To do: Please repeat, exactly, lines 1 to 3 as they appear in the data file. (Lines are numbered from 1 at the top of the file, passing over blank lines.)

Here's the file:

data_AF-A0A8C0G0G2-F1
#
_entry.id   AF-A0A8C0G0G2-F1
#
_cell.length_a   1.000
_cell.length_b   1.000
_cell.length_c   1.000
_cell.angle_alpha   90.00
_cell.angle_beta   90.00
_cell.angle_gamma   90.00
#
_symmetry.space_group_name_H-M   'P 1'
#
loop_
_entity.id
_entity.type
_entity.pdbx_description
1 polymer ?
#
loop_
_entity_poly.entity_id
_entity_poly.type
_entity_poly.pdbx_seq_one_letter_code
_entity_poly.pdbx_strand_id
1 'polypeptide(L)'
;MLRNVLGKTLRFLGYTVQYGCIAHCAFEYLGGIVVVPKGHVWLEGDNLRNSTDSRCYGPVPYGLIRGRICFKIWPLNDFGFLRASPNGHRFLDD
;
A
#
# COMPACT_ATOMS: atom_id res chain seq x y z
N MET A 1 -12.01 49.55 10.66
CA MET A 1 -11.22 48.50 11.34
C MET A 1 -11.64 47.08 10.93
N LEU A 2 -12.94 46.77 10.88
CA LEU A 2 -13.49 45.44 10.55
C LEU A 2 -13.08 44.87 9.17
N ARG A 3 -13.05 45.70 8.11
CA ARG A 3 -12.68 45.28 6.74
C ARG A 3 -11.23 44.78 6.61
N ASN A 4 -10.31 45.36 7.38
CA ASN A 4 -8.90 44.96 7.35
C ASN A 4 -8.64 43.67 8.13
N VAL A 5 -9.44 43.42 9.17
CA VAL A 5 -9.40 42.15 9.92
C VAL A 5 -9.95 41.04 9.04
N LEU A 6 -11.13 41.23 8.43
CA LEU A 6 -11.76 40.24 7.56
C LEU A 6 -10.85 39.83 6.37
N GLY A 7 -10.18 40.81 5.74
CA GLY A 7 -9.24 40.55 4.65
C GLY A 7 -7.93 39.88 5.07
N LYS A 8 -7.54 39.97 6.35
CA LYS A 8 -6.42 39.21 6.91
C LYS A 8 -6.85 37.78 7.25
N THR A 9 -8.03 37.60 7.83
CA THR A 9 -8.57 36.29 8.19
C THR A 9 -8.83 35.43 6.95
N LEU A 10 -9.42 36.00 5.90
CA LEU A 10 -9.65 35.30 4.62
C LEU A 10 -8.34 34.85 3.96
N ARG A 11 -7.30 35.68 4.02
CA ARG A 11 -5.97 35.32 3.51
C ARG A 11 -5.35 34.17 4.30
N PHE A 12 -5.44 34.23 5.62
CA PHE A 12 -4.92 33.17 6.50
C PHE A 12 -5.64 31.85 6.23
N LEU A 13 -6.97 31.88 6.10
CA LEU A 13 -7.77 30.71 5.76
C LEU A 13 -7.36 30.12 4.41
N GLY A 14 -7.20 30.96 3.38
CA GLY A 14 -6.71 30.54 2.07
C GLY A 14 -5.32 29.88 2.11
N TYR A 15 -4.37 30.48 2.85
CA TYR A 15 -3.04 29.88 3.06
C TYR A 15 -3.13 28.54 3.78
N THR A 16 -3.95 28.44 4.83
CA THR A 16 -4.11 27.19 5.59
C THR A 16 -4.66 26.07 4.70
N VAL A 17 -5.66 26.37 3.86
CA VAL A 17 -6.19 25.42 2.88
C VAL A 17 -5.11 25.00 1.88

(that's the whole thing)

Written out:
data_AF-A0A8C0G0G2-F1
#
_entry.id   AF-A0A8C0G0G2-F1